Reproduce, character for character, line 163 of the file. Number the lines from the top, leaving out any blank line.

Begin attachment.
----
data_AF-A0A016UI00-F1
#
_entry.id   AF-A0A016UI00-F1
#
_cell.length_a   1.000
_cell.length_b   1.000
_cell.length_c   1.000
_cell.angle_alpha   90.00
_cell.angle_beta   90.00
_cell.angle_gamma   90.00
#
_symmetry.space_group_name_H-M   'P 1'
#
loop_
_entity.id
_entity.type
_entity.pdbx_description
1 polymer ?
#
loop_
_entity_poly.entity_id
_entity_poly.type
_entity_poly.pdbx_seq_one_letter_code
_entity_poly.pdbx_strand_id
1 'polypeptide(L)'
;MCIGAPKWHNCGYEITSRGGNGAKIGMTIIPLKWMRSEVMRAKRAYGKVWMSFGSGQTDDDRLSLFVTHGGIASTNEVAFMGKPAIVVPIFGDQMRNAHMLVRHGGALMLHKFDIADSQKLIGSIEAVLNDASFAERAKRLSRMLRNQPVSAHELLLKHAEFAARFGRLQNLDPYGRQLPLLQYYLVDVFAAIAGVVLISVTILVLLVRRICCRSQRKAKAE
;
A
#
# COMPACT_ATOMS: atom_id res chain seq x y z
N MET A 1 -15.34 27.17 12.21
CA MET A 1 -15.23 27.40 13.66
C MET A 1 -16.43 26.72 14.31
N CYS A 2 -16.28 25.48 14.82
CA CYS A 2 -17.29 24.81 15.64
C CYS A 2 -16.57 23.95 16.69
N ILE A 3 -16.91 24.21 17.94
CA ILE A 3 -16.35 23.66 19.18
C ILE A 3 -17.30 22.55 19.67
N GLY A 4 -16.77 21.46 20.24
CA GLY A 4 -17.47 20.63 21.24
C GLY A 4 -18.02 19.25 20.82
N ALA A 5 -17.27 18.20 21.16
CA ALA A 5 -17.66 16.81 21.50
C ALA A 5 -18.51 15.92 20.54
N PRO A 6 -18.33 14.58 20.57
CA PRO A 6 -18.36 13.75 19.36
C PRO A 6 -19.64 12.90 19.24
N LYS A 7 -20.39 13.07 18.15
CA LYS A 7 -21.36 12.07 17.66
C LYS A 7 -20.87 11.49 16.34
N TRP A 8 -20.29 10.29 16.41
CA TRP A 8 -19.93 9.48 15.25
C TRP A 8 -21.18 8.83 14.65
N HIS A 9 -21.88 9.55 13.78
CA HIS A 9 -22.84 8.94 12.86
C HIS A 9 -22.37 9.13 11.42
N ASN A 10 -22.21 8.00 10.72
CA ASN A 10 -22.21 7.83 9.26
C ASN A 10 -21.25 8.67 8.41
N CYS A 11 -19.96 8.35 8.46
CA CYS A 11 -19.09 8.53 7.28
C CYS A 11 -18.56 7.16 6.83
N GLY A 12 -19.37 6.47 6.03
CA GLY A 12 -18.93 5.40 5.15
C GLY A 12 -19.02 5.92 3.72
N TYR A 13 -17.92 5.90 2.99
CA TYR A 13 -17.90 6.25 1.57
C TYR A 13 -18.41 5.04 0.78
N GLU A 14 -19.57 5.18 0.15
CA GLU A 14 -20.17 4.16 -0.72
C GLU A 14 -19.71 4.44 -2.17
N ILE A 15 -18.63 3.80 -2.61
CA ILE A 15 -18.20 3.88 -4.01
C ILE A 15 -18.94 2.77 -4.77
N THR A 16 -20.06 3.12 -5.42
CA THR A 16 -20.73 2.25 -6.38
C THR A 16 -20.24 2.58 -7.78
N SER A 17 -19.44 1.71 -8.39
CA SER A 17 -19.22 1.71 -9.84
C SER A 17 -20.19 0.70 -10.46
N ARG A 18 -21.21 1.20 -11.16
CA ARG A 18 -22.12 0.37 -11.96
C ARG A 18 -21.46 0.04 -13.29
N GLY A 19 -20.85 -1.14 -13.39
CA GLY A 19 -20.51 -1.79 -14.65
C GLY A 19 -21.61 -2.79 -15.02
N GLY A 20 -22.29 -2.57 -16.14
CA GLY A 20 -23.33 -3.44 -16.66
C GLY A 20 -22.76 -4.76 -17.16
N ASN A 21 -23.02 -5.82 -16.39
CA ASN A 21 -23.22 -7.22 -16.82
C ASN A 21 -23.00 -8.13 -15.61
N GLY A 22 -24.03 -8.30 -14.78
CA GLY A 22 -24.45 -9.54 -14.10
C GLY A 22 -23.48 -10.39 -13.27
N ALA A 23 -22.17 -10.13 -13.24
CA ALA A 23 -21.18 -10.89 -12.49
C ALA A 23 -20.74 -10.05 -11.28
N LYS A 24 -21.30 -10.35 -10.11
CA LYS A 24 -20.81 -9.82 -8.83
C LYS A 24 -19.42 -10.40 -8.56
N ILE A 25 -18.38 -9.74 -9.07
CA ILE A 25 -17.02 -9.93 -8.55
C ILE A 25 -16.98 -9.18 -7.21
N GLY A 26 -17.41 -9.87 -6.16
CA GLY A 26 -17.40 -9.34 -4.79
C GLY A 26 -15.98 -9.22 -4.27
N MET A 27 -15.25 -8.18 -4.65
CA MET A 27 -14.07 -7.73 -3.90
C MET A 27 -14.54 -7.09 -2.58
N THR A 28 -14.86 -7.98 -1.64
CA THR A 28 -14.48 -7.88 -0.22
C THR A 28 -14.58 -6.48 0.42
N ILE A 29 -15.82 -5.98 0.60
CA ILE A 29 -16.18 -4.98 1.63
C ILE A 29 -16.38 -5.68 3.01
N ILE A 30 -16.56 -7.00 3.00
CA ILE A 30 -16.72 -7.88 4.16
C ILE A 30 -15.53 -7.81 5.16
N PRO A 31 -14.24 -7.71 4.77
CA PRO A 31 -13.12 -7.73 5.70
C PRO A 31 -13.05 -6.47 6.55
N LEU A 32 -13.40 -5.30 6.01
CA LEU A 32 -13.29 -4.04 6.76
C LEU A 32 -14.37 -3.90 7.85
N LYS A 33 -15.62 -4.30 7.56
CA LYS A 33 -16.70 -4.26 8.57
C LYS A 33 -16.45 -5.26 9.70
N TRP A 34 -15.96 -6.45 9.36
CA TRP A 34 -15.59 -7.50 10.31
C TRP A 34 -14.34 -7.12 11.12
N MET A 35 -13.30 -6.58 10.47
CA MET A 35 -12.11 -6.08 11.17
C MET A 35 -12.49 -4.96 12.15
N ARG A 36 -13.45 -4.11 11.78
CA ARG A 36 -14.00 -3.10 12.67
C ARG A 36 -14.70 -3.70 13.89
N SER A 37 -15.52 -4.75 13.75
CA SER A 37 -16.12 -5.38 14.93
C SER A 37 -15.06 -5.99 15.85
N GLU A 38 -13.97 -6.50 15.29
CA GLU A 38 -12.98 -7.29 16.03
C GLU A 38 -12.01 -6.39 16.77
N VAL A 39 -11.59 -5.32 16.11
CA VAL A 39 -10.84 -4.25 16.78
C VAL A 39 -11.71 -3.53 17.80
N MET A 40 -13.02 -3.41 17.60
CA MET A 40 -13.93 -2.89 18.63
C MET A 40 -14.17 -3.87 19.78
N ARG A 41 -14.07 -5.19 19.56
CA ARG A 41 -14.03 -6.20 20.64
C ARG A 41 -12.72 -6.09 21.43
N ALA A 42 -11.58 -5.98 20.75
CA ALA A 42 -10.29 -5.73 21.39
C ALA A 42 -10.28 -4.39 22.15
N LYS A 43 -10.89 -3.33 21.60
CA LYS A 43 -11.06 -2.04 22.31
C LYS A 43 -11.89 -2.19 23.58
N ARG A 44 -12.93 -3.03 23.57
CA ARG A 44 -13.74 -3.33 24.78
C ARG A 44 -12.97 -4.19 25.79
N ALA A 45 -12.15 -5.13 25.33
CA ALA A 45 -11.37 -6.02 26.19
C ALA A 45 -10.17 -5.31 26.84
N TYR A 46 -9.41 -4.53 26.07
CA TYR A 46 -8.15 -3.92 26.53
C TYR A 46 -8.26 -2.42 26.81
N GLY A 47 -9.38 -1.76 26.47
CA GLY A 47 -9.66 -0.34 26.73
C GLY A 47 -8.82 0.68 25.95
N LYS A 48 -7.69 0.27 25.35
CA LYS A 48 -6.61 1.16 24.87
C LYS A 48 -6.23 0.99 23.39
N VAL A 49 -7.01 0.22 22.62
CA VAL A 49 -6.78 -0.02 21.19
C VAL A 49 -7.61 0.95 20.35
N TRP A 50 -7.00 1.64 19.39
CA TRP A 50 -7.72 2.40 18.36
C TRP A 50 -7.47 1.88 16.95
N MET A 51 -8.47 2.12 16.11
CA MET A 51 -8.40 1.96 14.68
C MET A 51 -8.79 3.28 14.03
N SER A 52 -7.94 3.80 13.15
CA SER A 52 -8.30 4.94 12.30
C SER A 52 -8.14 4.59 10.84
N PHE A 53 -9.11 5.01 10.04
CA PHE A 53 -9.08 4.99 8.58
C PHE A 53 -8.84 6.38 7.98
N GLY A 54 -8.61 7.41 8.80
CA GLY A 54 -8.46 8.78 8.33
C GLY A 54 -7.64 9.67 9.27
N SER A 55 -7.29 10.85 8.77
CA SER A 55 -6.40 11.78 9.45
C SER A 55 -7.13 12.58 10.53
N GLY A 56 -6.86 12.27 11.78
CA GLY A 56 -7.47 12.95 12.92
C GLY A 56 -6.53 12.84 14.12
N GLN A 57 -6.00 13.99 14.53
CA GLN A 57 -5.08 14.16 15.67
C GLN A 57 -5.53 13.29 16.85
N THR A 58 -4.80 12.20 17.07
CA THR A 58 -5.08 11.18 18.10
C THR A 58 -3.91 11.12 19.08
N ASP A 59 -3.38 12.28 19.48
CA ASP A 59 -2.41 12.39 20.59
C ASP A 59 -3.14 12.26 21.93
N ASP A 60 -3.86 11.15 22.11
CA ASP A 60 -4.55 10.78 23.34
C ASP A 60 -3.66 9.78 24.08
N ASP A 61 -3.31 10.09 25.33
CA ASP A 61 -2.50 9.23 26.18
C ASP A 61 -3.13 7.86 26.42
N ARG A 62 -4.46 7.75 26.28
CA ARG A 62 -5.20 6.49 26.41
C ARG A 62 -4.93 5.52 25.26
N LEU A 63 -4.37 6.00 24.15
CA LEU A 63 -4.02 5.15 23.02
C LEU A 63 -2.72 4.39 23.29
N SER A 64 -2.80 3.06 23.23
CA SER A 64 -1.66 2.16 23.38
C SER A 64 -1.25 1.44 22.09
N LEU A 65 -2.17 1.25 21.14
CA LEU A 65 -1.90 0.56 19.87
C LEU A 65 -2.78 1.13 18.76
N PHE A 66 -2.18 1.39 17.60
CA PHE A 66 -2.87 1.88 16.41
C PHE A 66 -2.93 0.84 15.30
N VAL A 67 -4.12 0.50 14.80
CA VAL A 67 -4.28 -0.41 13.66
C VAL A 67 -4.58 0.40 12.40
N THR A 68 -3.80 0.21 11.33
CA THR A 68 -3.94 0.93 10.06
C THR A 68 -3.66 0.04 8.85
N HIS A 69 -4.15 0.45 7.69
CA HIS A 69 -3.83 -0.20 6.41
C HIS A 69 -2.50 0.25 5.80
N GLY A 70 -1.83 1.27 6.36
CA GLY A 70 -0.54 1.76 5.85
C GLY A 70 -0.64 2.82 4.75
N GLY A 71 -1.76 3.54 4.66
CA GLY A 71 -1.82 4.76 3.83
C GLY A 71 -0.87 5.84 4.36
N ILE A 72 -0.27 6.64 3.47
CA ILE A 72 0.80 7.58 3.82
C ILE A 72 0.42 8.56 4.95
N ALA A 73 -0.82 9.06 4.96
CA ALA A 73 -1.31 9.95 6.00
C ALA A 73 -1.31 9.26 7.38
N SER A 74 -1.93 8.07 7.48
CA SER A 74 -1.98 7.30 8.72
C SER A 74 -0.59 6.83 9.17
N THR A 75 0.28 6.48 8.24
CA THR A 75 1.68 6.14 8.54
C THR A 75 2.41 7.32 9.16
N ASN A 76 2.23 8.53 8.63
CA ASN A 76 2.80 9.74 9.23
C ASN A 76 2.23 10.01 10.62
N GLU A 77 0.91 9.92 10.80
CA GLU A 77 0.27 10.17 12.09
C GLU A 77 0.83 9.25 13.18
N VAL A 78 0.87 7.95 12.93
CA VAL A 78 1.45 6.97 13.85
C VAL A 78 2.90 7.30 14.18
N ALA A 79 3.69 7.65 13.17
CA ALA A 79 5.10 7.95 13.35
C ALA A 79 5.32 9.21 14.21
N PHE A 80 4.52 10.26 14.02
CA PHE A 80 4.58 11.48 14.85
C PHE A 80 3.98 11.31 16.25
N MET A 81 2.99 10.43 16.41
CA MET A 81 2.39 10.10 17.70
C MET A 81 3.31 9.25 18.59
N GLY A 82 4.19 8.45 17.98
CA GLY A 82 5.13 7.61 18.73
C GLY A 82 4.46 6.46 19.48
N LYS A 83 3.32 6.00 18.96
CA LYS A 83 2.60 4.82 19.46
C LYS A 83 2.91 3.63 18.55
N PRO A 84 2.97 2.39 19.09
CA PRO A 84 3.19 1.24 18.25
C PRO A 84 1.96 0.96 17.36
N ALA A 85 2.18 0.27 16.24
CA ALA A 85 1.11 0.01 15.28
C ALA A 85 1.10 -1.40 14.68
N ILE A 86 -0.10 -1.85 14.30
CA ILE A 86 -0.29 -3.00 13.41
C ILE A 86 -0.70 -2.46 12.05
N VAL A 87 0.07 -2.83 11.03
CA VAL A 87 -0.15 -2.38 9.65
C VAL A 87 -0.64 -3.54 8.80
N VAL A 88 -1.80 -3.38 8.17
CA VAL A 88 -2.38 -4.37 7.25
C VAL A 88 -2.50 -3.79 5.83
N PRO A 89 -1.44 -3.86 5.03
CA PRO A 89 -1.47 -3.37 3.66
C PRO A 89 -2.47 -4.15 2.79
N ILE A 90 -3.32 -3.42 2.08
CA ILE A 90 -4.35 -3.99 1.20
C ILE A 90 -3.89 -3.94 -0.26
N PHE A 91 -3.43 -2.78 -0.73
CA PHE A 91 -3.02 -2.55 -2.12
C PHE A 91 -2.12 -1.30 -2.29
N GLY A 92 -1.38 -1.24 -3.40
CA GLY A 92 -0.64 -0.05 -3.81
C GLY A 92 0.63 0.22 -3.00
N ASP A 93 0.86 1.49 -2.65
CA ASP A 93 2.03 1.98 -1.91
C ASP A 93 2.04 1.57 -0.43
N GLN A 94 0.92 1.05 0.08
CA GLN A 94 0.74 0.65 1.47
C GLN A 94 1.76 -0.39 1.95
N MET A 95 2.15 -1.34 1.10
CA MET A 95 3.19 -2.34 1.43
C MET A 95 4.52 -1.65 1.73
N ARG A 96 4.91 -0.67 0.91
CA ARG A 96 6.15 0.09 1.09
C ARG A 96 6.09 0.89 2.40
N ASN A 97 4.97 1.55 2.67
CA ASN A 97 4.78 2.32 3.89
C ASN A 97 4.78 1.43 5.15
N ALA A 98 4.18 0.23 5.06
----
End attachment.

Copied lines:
N ALA A 45 -12.15 -5.13 25.33